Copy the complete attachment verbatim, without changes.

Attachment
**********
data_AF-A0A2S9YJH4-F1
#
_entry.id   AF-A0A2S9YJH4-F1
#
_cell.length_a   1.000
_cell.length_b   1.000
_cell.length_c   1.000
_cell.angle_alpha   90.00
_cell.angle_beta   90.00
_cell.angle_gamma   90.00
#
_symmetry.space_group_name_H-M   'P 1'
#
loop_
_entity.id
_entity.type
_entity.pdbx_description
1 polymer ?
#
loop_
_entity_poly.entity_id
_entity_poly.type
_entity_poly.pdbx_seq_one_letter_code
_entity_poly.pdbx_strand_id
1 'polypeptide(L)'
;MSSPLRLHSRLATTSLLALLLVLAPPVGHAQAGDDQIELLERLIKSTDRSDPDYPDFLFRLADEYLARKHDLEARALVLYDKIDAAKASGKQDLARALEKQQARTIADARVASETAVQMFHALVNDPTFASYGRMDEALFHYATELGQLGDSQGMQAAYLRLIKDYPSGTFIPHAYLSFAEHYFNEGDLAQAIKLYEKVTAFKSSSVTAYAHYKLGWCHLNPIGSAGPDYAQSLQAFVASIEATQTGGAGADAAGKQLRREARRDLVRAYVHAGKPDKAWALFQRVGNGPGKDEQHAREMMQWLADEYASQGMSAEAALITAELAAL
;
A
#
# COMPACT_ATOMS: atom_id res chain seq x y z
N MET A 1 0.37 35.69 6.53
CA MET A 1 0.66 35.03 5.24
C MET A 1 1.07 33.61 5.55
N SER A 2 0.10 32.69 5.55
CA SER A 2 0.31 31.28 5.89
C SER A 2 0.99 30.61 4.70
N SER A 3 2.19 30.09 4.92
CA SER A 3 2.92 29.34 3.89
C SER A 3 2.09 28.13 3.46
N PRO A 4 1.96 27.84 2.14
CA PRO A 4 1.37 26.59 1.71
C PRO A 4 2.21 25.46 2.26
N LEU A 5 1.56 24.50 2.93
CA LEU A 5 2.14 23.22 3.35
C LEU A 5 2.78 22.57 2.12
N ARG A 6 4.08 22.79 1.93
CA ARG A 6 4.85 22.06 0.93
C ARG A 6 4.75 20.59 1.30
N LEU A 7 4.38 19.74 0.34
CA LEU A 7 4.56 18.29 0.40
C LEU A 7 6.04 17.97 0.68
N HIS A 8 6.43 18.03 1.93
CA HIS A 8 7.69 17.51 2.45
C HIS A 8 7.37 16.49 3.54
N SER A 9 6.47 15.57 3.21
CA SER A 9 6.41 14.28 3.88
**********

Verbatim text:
data_AF-A0A2S9YJH4-F1
#
_entry.id   AF-A0A2S9YJH4-F1
#
_cell.length_a   1.000
_cell.length_b   1.000
_cell.length_c   1.000
_cell.angle_alpha   90.00
_cell.angle_beta   90.00
_cell.angle_gamma   90.00
#
_symmetry.space_group_name_H-M   'P 1'
#
loop_
_entity.id
_entity.type
_entity.pdbx_description
1 polymer ?
#
loop_
_entity_poly.entity_id
_entity_poly.type
_entity_poly.pdbx_seq_one_letter_code
_entity_poly.pdbx_strand_id
1 'polypeptide(L)'
;MSSPLRLHSRLATTSLLALLLVLAPPVGHAQAGDDQIELLERLIKSTDRSDPDYPDFLFRLADEYLARKHDLEARALVLYDKIDAAKASGKQDLARALEKQQARTIADARVASETAVQMFHALVNDPTFASYGRMDEALFHYATELGQLGDSQGMQAAYLRLIKDYPSGTFIPHAYLSFAEHYFNEGDLAQAIKLYEKVTAFKSSSVTAYAHYKLGWCHLNPIGSAGPDYAQSLQAFVASIEATQTGGAGADAAGKQLRREARRDLVRAYVHAGKPDKAWALFQRVGNGPGKDEQHAREMMQWLADEYASQGMSAEAALITAELAAL
;
A
#
# COMPACT_ATOMS: atom_id res chain seq x y z
N MET A 1 0.37 35.69 6.53
CA MET A 1 0.66 35.03 5.24
C MET A 1 1.07 33.61 5.55
N SER A 2 0.10 32.69 5.55
CA SER A 2 0.31 31.28 5.89
C SER A 2 0.99 30.61 4.70
N SER A 3 2.19 30.09 4.92
CA SER A 3 2.92 29.34 3.89
C SER A 3 2.09 28.13 3.46
N PRO A 4 1.96 27.84 2.14
CA PRO A 4 1.37 26.59 1.71
C PRO A 4 2.21 25.46 2.26
N LEU A 5 1.56 24.50 2.93
CA LEU A 5 2.14 23.22 3.35
C LEU A 5 2.78 22.57 2.12
N ARG A 6 4.08 22.79 1.93
CA ARG A 6 4.85 22.06 0.93
C ARG A 6 4.75 20.59 1.30
N LEU A 7 4.38 19.74 0.34
CA LEU A 7 4.56 18.29 0.40
C LEU A 7 6.04 17.97 0.68
N HIS A 8 6.43 18.03 1.93
CA HIS A 8 7.69 17.51 2.45
C HIS A 8 7.37 16.49 3.54
N SER A 9 6.47 15.57 3.21
CA SER A 9 6.41 14.28 3.88